For the purposes of Bayesian Inference, is it assumed that the historical observations used for the prior probability values must be from the exact entity for which you are looking to calculate the posterior probability?

By way of an example, say I am an automobile insurer. I take on a new covered entity, a 22 year old male from the midwest. In the first week, this new covered entity files a claim for an accident, we don't know who was at fault. I have no prior observational data on this covered entity, but I am curious how likely it is that they are "average" in their attention to safety, and just had a bad day. Can I borrow historical observations from other covered entities who are statistically similar (22 years old, male, live in the midwest, drive with the same frequency, etc) and use it to calculate my prior probabilities for the Bayesian Inference? My assumption is yes, but in that case, I am curious of the following:

Are there any assumptions that will be violated in doing this?

How can I weight the "more similar" historical observations (22 years old, midwest, male) differently than my "less similar" historical observations (23 years old, midwest, female, drives less frequently)?


Prior distributions can come from anywhere as long as the information content impinges on the problem at hand.

For example, if you have developed a new variety of green beans, it is highly reasonable to take information on caloric content from existing green bean varietals. If you were interested in forming a prior on corporate bankruptcy rates, the spread between B+++ and D could act as rough bounding information as the default rate must be less than that spread.

Last year's overall batting average for the major leagues could be used as a prior for the batting average of a new rookie, although absent any other information, it should likely be the case that the average should be shifted downward since rookies tend to have lower averages than seasoned players.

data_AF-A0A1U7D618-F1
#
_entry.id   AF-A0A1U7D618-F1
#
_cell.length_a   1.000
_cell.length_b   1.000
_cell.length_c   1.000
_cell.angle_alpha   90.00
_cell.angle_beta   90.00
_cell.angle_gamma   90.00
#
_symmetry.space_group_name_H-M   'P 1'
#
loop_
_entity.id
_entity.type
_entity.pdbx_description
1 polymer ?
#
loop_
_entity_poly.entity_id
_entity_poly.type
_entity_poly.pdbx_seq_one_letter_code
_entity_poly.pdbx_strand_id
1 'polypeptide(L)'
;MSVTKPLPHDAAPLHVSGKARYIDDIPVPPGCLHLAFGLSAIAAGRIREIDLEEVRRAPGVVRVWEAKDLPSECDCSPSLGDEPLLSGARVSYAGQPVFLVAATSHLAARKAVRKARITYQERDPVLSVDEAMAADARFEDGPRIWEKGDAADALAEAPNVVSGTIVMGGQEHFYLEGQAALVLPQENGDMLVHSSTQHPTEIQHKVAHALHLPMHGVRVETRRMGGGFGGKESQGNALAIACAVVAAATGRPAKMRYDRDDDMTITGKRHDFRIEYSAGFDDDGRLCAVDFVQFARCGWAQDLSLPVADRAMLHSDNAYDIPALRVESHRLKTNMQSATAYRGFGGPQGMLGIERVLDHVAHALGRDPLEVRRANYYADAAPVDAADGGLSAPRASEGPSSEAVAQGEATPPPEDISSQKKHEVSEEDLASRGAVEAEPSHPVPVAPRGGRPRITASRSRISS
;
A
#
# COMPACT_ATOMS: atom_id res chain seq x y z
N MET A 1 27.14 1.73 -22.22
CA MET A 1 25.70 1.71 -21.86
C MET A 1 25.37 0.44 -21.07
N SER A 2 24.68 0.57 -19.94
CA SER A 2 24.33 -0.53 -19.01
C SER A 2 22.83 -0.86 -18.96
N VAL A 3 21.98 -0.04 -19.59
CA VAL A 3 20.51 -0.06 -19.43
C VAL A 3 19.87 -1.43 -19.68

There are no assumptions that would be violated by that.

The best weight would be to ask an experienced actuary.

| cite | improve this answer | |
  • $\begingroup$ Thank you for your response. Interesting to consider. $\endgroup$ – KidMcC Sep 17 '19 at 20:29

I would look into hierarchical models that allow you "learn" the prior. Hierarchical models allow you give each entity their own unique models parameters, but they can be informed in part by the parameters of other entities.

The extent to which they are informed depends on how much data you have for that entity and how similar entities are to each other.

| cite | improve this answer | |
  • $\begingroup$ Thanks! Any specific statistical packages in Python or R that do this nicely? $\endgroup$ – KidMcC Sep 17 '19 at 20:28

Your Answer

By clicking “Post Your Answer”, you agree to our terms of service, privacy policy and cookie policy

Not the answer you're looking for? Browse other questions tagged or ask your own question.